I also hear Gillig is good with customer service. I find that true down here in Georgia since one of our buses needed a new side panel. It was delivered that same week, it the bus was ready to go the following week. I guess that's another thing TAs look for in their RFPs. Your bus may look good, but if your parts department can't supply replacement parts, then ?. 

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11 minutes ago, Gillig1109 said:

I agree. For instance, PAT got a digital speedometer ans probably uses a Recaro seat while other TAs may use USSC seats and normal speedometers. I think what makes a good bus is all in specifications. Let's just say if you just want a regular ole Gillig, and it costs $475k. Then within about 6 months of service, the bus has suspension problems, electrical shortages, frame problems, etc. Now if another agency orders a Gillig that costs $625k, but that agency spec'd their bus with more expensive, easy to maintain parts, you'll probably get 500k and/or 12 years out of your bus. 

I also hear Gillig is good with customer service. I find that true down here in Georgia since one of our buses needed a new side panel. It was delivered that same week, it the bus was ready to go the following week. I guess that's another thing TAs look for in their RFPs. Your bus may look good, but if your parts department can't supply replacement parts, then ?. 

Yeah exactly. Now the suspension, how long it lasts is based on maintenance. TriMet doesn't maintain their Gilligs too good and they speced them with the cheapest parts so they aren't the best buses but are still better than their New Flyer buses. Whereas we have Gilligs and they are fantastic buses. Much better than our Orion VII buses which are crap. I'm talking about Cherriots. Gillig has always made great buses

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10 hours ago, OR Transit Fan said:

Yeah Gilligs are very high quality. As for the drivers area, yeah it's up to the transit system.

What is up to the transit system, I am a bit confused? Every operators area I have seen looks about the same, with the exception to different controls, depending on what the bus is spec'd with. I am not crazy about the operator's area, not engineered well for the operator in my opinion. Controls such as the kneeler or wipers are way out of reach. The flat windshield is the horrible for night time driving, reflecting everything back to the operator, including the front curbside wheel cover.

3 hours ago, OR Transit Fan said:

 Gillig has always made great buses

I disagree, compared to other models. The Gillig Low Floors here in Buffalo have not held up all too great, they are not lemons by any means either. We have buses as old as 15 years (2001). Might say- well they have held up well if they lasted 15 years! But the bodies just don't compare to the Nova Bus LFS models here. The GLF's here have a lot of down time do to body issues. Some due to the winter months, others go out because of accidents. The Nova's we have never have had an overhaul yet, original flooring, and still are going strong. The Gillig's frame is where is starts, and they build a cheaper frame. The bowl is stainless steel, with aluminum rails, connecting aluminum side panels with stainless steel hardware. The bottom where the rails meet the base is where a ton of corrosion takes place, where as buses from 2007 are experiencing more corrosion issues (flooring too) than our 2000 Nova's. Maybe in a environment where the winters are mild, it isn't as bad. However accidents happen in any environment.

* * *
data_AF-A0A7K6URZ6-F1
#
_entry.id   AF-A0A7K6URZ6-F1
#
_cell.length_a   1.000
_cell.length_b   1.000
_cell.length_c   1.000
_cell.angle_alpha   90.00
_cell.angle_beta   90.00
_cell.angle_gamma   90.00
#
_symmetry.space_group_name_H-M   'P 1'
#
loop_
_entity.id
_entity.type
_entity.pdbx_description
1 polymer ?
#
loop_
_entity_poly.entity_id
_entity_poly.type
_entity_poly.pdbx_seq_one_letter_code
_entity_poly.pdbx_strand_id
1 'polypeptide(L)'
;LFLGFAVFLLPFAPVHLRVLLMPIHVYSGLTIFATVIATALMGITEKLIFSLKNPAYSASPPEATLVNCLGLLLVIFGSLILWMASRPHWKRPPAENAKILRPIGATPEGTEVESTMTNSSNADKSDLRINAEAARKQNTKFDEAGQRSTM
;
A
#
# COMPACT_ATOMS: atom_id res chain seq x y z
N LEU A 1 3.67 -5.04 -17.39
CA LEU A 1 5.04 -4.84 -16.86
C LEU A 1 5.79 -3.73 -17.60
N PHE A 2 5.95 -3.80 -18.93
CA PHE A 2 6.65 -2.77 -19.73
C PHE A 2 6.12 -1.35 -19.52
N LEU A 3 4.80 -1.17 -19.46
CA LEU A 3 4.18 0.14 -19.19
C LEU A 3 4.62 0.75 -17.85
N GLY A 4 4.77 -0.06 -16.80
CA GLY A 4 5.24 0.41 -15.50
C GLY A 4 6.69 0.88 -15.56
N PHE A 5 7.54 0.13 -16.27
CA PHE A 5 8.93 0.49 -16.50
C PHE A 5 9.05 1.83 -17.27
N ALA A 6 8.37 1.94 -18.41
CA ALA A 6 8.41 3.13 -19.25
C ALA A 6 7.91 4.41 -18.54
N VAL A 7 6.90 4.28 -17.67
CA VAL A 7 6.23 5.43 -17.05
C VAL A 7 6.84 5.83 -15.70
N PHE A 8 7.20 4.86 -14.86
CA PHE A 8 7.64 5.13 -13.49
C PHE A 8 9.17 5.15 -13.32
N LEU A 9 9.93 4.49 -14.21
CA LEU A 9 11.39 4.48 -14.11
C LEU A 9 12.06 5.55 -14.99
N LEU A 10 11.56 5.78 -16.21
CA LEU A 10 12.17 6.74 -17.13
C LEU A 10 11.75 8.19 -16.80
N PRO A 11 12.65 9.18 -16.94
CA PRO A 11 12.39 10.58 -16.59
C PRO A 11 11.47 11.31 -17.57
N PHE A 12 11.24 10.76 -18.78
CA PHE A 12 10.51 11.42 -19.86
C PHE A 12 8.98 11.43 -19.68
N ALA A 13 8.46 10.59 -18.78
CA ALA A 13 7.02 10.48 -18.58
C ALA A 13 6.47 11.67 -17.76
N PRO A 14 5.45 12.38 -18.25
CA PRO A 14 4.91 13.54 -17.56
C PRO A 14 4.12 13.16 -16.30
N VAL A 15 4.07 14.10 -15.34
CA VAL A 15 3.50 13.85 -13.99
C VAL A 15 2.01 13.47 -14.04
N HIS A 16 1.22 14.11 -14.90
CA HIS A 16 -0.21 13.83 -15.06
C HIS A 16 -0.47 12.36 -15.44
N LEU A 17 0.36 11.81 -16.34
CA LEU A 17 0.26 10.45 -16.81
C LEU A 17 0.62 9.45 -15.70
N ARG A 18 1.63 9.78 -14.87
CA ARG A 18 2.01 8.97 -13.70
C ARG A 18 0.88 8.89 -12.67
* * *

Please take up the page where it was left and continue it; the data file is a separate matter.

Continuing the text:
Gillig is pretty standard with their product, some things you are stuck with. Such as step-well lights on the outside that get destroyed here in the snow piles when they freeze up, or not much of a floor heater to keep the floor from slushing up in the winter months. Every bus make has their flaws, we have issues, mainly wiring with the Nova's, and their crazy wiring diagrams are not much of a help! However that is kind of the trade off, I feel, when it comes to more customization, where sometimes a standard Gillig set up makes things a little easier. I just wanted to add my input, I am not implying any one model is superior than the other, it all depends on the customer's needs. 

 

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4 hours ago, OR Transit Fan said:

Gillig has always made great buses

Over here in the Detroit area it's kinda a mixed bag of sorts. SMART's 2001-2003 Gillig Low Floors initially had some teething problems (such as a crooked destination sign on one 2001 unit) but today they have become crap mainly due to Michigan's harsh winter and road conditions. Thankfully our Gillig BRTs make quieter noises (except when riding one on beaten-to-hell Eureka Road through Southgate). DDOT's Gillig Low Floors, on the other hand, have gotten into such deplorable condition that I believe this is one reason why for their next order they went back to New Flyer.

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29 minutes ago, 160 Downriver said:

Over here in the Detroit area it's kinda a mixed bag of sorts. SMART's 2001-2003 Gillig Low Floors initially had some teething problems (such as a crooked destination sign on one 2001 unit) but today they have become crap mainly due to Michigan's harsh winter and road conditions. Thankfully our Gillig BRTs make quieter noises (except when riding one on beaten-to-hell Eureka Road through Southgate). DDOT's Gillig Low Floors, on the other hand, have gotten into such deplorable condition that I believe this is one reason why for their next order they went back to New Flyer.